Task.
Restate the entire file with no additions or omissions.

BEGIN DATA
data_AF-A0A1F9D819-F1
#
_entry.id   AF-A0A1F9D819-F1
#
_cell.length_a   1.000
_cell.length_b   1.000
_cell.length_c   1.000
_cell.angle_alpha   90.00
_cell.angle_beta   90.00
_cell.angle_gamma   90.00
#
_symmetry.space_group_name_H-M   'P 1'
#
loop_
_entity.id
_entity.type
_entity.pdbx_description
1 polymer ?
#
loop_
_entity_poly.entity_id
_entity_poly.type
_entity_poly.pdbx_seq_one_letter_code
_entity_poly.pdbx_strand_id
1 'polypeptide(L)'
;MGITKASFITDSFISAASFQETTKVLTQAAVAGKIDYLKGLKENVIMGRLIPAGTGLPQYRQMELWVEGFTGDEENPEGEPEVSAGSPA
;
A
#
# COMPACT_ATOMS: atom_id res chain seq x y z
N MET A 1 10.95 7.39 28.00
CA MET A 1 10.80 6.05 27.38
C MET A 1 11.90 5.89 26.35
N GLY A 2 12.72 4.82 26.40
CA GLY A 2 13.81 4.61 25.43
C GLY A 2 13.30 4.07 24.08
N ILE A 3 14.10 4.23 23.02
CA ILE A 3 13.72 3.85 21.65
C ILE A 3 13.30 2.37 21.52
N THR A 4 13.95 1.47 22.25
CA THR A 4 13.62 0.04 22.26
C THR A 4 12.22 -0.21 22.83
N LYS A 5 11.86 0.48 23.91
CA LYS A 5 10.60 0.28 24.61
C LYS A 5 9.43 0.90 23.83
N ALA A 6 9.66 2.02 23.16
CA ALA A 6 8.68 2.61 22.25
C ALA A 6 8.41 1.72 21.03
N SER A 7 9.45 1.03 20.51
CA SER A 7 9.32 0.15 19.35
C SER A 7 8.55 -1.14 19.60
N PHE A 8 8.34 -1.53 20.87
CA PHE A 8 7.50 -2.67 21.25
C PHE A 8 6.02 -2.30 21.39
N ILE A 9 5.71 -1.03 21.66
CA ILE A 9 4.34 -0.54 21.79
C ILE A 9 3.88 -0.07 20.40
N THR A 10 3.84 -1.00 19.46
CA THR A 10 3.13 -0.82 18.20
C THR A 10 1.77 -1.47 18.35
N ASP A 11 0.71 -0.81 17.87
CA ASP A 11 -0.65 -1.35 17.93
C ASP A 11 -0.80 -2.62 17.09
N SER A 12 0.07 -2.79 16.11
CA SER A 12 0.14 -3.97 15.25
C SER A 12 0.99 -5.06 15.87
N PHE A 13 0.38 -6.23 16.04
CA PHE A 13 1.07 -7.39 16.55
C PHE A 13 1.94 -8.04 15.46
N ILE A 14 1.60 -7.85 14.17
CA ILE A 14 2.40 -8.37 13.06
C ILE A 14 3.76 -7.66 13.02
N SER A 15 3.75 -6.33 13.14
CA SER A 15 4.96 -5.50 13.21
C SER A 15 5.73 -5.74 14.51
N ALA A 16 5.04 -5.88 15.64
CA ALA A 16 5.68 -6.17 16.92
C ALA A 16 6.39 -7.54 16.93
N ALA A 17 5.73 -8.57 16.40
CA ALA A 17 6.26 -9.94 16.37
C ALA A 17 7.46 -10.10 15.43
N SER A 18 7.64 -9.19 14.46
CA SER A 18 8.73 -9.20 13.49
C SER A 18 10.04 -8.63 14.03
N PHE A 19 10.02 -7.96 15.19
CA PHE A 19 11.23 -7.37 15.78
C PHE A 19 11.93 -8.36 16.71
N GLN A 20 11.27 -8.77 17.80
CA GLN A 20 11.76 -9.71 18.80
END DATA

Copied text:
data_AF-A0A1F9D819-F1
#
_entry.id   AF-A0A1F9D819-F1
#
_cell.length_a   1.000
_cell.length_b   1.000
_cell.length_c   1.000
_cell.angle_alpha   90.00
_cell.angle_beta   90.00
_cell.angle_gamma   90.00
#
_symmetry.space_group_name_H-M   'P 1'
#
loop_
_entity.id
_entity.type
_entity.pdbx_description
1 polymer ?
#
loop_
_entity_poly.entity_id
_entity_poly.type
_entity_poly.pdbx_seq_one_letter_code
_entity_poly.pdbx_strand_id
1 'polypeptide(L)'
;MGITKASFITDSFISAASFQETTKVLTQAAVAGKIDYLKGLKENVIMGRLIPAGTGLPQYRQMELWVEGFTGDEENPEGEPEVSAGSPA
;
A
#
# COMPACT_ATOMS: atom_id res chain seq x y z
N MET A 1 10.95 7.39 28.00
CA MET A 1 10.80 6.05 27.38
C MET A 1 11.90 5.89 26.35
N GLY A 2 12.72 4.82 26.40
CA GLY A 2 13.81 4.61 25.43
C GLY A 2 13.30 4.07 24.08
N ILE A 3 14.10 4.23 23.02
CA ILE A 3 13.72 3.85 21.65
C ILE A 3 13.30 2.37 21.52
N THR A 4 13.95 1.47 22.25
CA THR A 4 13.62 0.04 22.26
C THR A 4 12.22 -0.21 22.83
N LYS A 5 11.86 0.48 23.91
CA LYS A 5 10.60 0.28 24.61
C LYS A 5 9.43 0.90 23.83
N ALA A 6 9.66 2.02 23.16
CA ALA A 6 8.68 2.61 22.25
C ALA A 6 8.41 1.72 21.03
N SER A 7 9.45 1.03 20.51
CA SER A 7 9.32 0.15 19.35
C SER A 7 8.55 -1.14 19.60
N PHE A 8 8.34 -1.53 20.87
CA PHE A 8 7.50 -2.67 21.25
C PHE A 8 6.02 -2.30 21.39
N ILE A 9 5.71 -1.03 21.66
CA ILE A 9 4.34 -0.54 21.79
C ILE A 9 3.88 -0.07 20.40
N THR A 10 3.84 -1.00 19.46
CA THR A 10 3.13 -0.82 18.20
C THR A 10 1.77 -1.47 18.35
N ASP A 11 0.71 -0.81 17.87
CA ASP A 11 -0.65 -1.35 17.93
C ASP A 11 -0.80 -2.62 17.09
N SER A 12 0.07 -2.79 16.11
CA SER A 12 0.14 -3.97 15.25
C SER A 12 0.99 -5.06 15.87
N PHE A 13 0.38 -6.23 16.04
CA PHE A 13 1.07 -7.39 16.55
C PHE A 13 1.94 -8.04 15.46
N ILE A 14 1.60 -7.85 14.17
CA ILE A 14 2.40 -8.37 13.06
C ILE A 14 3.76 -7.66 13.02
N SER A 15 3.75 -6.33 13.14
CA SER A 15 4.96 -5.50 13.21
C SER A 15 5.73 -5.74 14.51
N ALA A 16 5.04 -5.88 15.64
CA ALA A 16 5.68 -6.17 16.92
C ALA A 16 6.39 -7.54 16.93
N ALA A 17 5.73 -8.57 16.40
CA ALA A 17 6.26 -9.94 16.37
C ALA A 17 7.46 -10.10 15.43
N SER A 18 7.64 -9.19 14.46
CA SER A 18 8.73 -9.20 13.49
C SER A 18 10.04 -8.63 14.03
N PHE A 19 10.02 -7.96 15.19
CA PHE A 19 11.23 -7.37 15.78
C PHE A 19 11.93 -8.36 16.71
N GLN A 20 11.27 -8.77 17.80
CA GLN A 20 11.76 -9.71 18.80